The Damn Rain.

This morning, the clouds turn grey and I hear others around me complaining,
“I wish it would stop raining–it’s spring, it’s supposed to be nice out.”
And I cannot help but think–

The seasons in my psyche look an awful lot like this. “I’ve been working so hard for so long!”, I shout towards the heavens, “Why am I still so fucked up?!”

Because, truth be told, I want sunny and 75.

I want to be better.

I am tired of daily donning the raincoat of my isolation, the galoshes of my self-preservation, the umbrella of my well-intended doubt. I am tired of the rain.

And oh how very wrong I am. Minnesota, my first true love, has yet to live up to my expectations to be expectable. We have a joke, one too slippery for my memory, about simultaneously clothing ourselves in parkas and shorts. “Expect the unexpected,” they tell us, “be prepared for anything.”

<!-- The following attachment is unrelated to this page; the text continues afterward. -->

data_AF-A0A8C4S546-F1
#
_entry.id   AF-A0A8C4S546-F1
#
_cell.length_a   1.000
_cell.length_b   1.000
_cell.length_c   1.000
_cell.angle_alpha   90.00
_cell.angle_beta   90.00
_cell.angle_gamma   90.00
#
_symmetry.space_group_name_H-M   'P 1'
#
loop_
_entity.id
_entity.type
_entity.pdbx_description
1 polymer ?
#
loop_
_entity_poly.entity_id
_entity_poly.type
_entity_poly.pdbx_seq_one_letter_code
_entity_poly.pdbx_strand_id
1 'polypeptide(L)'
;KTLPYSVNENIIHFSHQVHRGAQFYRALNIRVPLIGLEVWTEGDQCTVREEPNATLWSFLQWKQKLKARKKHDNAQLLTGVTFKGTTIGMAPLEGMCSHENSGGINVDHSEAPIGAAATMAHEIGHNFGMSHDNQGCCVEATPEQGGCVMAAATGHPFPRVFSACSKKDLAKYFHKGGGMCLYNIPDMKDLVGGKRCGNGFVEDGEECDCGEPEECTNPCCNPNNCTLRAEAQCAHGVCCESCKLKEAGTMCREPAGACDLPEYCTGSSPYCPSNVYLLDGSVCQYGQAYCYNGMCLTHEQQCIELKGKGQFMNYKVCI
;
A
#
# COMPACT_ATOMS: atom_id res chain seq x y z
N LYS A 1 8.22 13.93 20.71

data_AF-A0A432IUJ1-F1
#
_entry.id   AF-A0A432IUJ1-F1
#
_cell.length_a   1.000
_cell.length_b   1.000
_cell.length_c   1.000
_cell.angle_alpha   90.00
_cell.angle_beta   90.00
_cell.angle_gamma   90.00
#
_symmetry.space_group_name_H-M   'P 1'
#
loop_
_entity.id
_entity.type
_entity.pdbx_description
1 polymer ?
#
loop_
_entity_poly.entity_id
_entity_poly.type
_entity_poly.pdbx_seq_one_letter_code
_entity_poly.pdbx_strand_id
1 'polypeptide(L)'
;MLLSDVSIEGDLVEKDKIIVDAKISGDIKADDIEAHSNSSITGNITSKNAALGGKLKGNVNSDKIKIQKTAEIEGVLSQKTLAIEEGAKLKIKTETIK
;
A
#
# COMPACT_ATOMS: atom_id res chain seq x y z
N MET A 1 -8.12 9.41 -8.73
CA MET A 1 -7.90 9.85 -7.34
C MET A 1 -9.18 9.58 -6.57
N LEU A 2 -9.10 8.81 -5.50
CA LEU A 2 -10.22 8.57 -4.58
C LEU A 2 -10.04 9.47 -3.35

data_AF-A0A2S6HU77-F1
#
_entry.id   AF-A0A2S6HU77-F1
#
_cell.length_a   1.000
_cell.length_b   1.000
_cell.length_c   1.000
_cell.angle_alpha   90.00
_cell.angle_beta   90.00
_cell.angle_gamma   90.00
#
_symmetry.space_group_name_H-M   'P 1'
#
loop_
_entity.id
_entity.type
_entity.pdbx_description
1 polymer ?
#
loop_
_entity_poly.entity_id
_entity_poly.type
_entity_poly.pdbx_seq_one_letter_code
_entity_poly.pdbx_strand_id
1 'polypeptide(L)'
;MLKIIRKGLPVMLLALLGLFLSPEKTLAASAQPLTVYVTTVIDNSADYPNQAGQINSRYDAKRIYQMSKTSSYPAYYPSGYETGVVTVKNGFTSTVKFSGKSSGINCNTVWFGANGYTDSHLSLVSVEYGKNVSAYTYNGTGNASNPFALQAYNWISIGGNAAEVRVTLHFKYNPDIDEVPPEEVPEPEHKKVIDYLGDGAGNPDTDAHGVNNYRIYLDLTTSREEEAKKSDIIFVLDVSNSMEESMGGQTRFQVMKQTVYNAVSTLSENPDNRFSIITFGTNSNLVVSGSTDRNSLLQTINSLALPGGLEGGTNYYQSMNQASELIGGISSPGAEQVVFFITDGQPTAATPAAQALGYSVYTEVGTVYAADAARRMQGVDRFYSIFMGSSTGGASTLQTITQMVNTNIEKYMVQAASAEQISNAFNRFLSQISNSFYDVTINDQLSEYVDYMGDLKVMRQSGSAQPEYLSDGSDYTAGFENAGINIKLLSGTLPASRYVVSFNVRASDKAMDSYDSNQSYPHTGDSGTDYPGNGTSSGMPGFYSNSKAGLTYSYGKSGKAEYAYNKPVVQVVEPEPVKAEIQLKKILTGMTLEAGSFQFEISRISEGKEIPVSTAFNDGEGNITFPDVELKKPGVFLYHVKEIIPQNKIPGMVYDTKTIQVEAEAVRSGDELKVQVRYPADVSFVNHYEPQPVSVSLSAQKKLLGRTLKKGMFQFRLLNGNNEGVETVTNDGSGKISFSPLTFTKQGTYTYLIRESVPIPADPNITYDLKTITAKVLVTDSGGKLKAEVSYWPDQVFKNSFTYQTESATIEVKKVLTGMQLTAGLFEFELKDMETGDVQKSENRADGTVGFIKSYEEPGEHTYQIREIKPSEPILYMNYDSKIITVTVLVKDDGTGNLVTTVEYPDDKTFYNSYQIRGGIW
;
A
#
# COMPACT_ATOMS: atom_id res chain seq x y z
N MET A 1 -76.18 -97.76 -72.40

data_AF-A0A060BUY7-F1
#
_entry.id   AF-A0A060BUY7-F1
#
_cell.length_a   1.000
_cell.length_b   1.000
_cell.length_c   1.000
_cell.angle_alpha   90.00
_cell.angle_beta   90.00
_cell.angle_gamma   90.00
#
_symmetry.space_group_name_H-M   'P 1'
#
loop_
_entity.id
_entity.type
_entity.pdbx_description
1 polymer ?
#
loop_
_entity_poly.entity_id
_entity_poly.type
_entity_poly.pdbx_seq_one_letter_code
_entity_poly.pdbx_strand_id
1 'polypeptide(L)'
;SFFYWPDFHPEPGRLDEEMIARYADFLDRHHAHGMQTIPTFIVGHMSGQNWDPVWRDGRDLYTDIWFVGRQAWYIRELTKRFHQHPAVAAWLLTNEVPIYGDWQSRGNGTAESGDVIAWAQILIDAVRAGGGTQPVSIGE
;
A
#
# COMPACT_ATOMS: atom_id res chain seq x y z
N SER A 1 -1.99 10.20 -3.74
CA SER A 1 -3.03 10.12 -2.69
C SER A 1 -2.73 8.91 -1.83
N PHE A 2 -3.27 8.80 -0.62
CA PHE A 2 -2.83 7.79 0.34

But, after a while, my parka is heavy and my legs are cold. I am no longer able to carry both mittens and sunscreen.

When it rains, the sky opens her arms and graces us with her bounty. She pours all her love on us. She nourishes our ground and clears our air. She brings us life–at once, release.

This morning, the clouds turn grey and I hear others around me complaining,
“I wish it would stop raining–it’s spring, it’s supposed to be nice out.”
And I cannot help but think–

“I think I’ll go out in the rain.”

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